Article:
A source of vanadium oxide eligible for use in the catalyst may be selected from water soluble compounds which form vanadium oxide when calcinated in the air, such as ammonium metavanadate, vanadyl sulfate (or vanadium oxysulfate), vanadium formate, vanadium acetate, vanadyl oxalate, ammonium vanadium oxalate, vanadyl phosphate, a vanadium oxyhalide and the like. Of these, vanadyl sulfate, ammonium metavanadate and vanadyl oxalate may preferably be used.

Examples of the source of alkali metal oxide eligible for use in the catalyst include hydroxides, sulfates, carbonates, chlorides, nitrates, oxihalides, thiosulfates, nitrites, sulfites, hydrogensulfites, hydrogensulfates, oxalates, hydrogenoxalates and the like of potassium, cesium, rubidium and other alkali metals. Of these, hydroxides, sulfates and carbonates may be used preferably.

Examples of sulfuric acid compounds as the source of sulfuric anhydride include sulfuric acid, ammonium sulfate, ammonium hydrogensulfate and the like. Of these, sulfuric acid and ammonium sulfate may be used preferably.

For the catalyst, such a vanadium compound, an alkali metal compound and a sulfuric acid compound are used as active components.

A boron compound eligible for use in the catalyst as the source of boron oxide may be selected from soluble compounds such as boron oxide, boric acid, potassium tetraborate, potassium pentaborate, potassium metaborate, ammonium metaborate, ammonium tetraborate and the like, preferably from boric acid and ammonium metaborate because of their relatively high solubilities. A boron compound (or boron oxide) imparts not only an effect of improving strength of catalyst (abrasion resistance) markedly but also an effect of improving selectivity for the reaction products. In other words, a catalyst may have excellent activity, selectivity and abrasion resistance when it is produced by using active components and a titanium hydroxide which is capable of forming titanium oxide having a crystallite diameter of not more than 30 nm when dried at about 300 C. According to the present invention, strength of the catalyst and selectivity for the reaction products cf the catalyst are further improved by the effect of the use of a boron compound in spite of the accelerated formation of titanium oxide crystals at the time of calcination of the catalyst composition.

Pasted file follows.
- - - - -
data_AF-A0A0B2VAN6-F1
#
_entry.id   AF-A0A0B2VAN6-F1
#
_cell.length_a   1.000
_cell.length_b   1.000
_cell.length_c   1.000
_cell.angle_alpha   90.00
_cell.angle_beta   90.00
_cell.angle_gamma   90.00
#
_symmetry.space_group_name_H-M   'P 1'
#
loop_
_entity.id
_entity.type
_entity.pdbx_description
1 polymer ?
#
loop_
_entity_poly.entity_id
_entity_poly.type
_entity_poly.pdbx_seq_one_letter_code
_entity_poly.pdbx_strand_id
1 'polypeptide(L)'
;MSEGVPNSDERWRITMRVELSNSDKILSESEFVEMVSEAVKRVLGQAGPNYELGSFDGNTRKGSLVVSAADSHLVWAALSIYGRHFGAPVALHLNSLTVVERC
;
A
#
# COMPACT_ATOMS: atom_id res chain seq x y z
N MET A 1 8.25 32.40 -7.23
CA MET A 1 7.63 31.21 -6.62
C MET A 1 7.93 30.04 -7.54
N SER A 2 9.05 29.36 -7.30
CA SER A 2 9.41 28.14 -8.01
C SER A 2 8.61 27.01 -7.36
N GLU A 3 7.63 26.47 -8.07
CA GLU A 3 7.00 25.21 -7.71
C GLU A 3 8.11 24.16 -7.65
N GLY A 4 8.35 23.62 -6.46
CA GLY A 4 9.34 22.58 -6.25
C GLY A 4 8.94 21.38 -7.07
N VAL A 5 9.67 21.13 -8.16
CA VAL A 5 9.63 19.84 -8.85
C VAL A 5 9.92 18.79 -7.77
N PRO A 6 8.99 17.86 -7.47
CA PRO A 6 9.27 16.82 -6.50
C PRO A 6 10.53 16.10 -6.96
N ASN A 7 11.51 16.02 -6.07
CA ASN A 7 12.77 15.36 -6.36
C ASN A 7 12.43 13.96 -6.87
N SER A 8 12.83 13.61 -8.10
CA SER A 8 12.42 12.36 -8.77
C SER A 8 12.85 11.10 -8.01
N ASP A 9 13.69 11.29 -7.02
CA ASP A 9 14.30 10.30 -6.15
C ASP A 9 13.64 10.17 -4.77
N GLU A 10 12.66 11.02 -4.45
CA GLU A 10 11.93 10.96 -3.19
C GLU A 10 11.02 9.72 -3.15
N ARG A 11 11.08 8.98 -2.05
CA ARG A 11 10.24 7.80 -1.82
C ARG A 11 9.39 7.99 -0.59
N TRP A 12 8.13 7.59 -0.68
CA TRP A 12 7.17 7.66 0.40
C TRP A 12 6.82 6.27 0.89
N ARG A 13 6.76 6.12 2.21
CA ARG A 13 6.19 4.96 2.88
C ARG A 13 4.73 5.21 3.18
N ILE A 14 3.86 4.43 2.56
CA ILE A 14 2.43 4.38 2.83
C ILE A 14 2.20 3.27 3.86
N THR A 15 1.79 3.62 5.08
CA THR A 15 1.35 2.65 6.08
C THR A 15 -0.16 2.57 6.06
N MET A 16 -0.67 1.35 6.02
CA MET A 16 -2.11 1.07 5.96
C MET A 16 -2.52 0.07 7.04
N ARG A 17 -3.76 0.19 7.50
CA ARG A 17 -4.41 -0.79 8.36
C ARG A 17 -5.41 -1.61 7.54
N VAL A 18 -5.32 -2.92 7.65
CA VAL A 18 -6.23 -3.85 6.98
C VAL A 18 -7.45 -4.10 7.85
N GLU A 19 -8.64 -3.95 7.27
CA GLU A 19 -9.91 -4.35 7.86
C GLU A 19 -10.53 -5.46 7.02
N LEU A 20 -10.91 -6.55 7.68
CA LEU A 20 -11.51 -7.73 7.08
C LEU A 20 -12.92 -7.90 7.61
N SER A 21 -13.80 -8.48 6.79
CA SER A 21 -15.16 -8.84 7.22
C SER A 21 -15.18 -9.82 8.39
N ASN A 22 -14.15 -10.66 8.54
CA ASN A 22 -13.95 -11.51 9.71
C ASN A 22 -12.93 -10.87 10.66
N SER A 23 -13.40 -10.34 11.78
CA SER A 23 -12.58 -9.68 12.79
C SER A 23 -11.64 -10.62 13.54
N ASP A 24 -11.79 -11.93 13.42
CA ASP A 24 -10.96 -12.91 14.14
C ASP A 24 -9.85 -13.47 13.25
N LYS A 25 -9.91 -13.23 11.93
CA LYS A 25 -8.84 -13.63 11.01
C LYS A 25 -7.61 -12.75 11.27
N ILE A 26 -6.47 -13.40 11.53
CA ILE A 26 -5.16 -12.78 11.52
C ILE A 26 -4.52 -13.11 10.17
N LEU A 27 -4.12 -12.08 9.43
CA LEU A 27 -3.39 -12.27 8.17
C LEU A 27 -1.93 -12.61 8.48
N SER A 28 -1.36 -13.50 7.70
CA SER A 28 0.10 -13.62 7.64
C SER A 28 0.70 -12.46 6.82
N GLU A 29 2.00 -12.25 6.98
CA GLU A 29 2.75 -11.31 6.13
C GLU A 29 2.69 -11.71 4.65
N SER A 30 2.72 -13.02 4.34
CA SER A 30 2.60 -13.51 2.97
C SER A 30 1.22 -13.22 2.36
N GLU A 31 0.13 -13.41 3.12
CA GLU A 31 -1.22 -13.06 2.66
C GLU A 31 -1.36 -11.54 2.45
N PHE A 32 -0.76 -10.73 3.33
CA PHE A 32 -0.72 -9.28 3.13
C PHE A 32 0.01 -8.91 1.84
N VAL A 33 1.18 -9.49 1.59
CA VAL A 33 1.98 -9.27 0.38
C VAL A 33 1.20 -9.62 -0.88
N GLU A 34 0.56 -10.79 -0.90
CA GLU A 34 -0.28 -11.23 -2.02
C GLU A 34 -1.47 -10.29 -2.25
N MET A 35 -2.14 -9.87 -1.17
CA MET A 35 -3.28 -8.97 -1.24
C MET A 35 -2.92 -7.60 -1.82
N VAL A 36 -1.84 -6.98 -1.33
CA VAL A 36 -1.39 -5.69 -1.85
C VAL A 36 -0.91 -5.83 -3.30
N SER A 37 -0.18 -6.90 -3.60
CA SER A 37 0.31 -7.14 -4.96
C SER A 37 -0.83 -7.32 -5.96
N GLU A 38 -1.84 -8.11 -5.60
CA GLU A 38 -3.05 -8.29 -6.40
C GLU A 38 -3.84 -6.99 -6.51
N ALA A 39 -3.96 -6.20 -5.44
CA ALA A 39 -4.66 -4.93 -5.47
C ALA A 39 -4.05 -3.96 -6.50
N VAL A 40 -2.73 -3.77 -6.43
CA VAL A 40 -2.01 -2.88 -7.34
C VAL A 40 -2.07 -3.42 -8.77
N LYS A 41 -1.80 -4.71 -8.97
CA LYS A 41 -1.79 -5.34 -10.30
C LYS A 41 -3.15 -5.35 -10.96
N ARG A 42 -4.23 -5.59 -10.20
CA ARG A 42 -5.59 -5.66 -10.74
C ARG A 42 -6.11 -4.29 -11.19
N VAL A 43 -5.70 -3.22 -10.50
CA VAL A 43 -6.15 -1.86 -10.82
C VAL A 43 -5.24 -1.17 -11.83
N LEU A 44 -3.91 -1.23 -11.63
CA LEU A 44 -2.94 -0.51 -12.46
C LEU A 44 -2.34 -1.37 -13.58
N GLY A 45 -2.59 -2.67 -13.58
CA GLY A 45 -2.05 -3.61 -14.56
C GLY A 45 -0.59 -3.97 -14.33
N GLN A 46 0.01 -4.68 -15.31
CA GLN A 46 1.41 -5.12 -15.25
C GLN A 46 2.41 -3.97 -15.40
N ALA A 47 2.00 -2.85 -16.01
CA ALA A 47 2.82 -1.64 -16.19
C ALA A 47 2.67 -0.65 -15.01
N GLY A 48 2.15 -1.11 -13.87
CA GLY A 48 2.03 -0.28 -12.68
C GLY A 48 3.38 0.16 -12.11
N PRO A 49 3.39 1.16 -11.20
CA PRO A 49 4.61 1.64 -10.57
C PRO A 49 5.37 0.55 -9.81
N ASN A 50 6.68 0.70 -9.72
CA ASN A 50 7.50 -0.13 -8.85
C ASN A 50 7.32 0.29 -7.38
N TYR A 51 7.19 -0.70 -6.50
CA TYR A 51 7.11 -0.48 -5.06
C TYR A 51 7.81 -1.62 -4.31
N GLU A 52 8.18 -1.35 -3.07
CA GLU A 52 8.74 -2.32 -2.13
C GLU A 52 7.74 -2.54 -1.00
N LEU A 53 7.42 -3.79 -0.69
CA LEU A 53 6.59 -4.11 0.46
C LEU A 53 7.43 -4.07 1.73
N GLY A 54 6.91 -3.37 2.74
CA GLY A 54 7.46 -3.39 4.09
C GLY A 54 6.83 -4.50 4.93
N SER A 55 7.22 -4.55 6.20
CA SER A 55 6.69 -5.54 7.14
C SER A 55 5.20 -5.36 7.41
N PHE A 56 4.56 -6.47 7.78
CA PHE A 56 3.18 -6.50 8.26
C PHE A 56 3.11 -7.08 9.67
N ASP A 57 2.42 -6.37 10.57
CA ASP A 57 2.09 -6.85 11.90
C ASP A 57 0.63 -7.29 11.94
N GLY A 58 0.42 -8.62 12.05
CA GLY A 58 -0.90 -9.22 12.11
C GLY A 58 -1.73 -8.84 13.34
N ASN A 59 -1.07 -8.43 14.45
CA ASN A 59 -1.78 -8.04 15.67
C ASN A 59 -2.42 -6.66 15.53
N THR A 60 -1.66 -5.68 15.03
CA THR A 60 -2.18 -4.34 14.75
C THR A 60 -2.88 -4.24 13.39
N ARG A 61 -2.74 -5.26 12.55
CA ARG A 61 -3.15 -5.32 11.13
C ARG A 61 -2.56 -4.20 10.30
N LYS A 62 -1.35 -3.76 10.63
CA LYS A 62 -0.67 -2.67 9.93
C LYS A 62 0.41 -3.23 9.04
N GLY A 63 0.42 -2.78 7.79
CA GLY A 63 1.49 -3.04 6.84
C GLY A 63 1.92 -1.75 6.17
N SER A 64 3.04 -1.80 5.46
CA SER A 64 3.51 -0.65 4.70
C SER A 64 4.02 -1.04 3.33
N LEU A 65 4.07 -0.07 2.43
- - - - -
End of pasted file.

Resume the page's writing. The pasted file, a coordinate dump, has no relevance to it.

The process for the production of the catalyst comprises steps of mixing the foregoing component materials, spray drying the mixture and calcinating the spray-dried powder. Since mixing order of each component is optional, various mixing methods may be applicable such as simultaneous dissolving of two or more materials, dissolving of active components in a titanium hydroxide disperse liquid and the like.

Also, it is possible to use, as a source of titanium oxide, a mixture of a titanium hydroxide, which is capable of forming titanium oxide having a crystallite diameter of not more than 30 nm when dried, with another titanium compound such as a compound that forms titanium oxide having a crystallite diameter of larger than 30 nm.

If necessary, concentration of a slurry mixture thus prepared may be adjusted to an appropriate level by means of evaporation, prior to subjecting the mixture to the spray drying step to obtain spherical fine particles. The spray drying step may be effected by employing commonly used means. Preferably, spray drying may be carried out under such conditions that a weight average particle size of the resulting spherical fine